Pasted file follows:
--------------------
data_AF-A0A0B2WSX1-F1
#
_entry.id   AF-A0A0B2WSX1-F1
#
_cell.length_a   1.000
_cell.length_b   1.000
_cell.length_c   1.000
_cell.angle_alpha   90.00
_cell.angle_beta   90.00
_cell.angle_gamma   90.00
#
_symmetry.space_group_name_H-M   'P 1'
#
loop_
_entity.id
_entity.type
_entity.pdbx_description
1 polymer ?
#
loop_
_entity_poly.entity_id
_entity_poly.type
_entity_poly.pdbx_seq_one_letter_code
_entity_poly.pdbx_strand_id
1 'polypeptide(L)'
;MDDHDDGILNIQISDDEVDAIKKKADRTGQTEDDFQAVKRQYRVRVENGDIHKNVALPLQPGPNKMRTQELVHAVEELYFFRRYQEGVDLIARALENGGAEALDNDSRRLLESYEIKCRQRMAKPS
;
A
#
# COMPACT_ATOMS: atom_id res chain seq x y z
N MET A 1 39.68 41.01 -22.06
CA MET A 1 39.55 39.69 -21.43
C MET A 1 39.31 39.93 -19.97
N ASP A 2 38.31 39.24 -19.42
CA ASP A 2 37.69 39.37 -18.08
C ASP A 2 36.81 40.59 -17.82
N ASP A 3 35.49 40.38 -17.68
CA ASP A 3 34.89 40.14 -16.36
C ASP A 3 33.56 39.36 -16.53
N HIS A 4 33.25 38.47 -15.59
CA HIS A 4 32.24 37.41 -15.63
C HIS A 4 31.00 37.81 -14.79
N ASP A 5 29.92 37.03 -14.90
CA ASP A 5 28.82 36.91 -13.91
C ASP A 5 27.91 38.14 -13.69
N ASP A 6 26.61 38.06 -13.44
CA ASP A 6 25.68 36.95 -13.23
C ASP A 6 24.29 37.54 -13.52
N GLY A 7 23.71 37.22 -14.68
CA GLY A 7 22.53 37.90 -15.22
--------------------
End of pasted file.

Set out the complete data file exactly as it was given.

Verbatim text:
data_AF-A0A0B2WSX1-F1
#
_entry.id   AF-A0A0B2WSX1-F1
#
_cell.length_a   1.000
_cell.length_b   1.000
_cell.length_c   1.000
_cell.angle_alpha   90.00
_cell.angle_beta   90.00
_cell.angle_gamma   90.00
#
_symmetry.space_group_name_H-M   'P 1'
#
loop_
_entity.id
_entity.type
_entity.pdbx_description
1 polymer ?
#
loop_
_entity_poly.entity_id
_entity_poly.type
_entity_poly.pdbx_seq_one_letter_code
_entity_poly.pdbx_strand_id
1 'polypeptide(L)'
;MDDHDDGILNIQISDDEVDAIKKKADRTGQTEDDFQAVKRQYRVRVENGDIHKNVALPLQPGPNKMRTQELVHAVEELYFFRRYQEGVDLIARALENGGAEALDNDSRRLLESYEIKCRQRMAKPS
;
A
#
# COMPACT_ATOMS: atom_id res chain seq x y z
N MET A 1 39.68 41.01 -22.06
CA MET A 1 39.55 39.69 -21.43
C MET A 1 39.31 39.93 -19.97
N ASP A 2 38.31 39.24 -19.42
CA ASP A 2 37.69 39.37 -18.08
C ASP A 2 36.81 40.59 -17.82
N ASP A 3 35.49 40.38 -17.68
CA ASP A 3 34.89 40.14 -16.36
C ASP A 3 33.56 39.36 -16.53
N HIS A 4 33.25 38.47 -15.59
CA HIS A 4 32.24 37.41 -15.63
C HIS A 4 31.00 37.81 -14.79
N ASP A 5 29.92 37.03 -14.90
CA ASP A 5 28.82 36.91 -13.91
C ASP A 5 27.91 38.14 -13.69
N ASP A 6 26.61 38.06 -13.44
CA ASP A 6 25.68 36.95 -13.23
C ASP A 6 24.29 37.54 -13.52
N GLY A 7 23.71 37.22 -14.68
CA GLY A 7 22.53 37.90 -15.22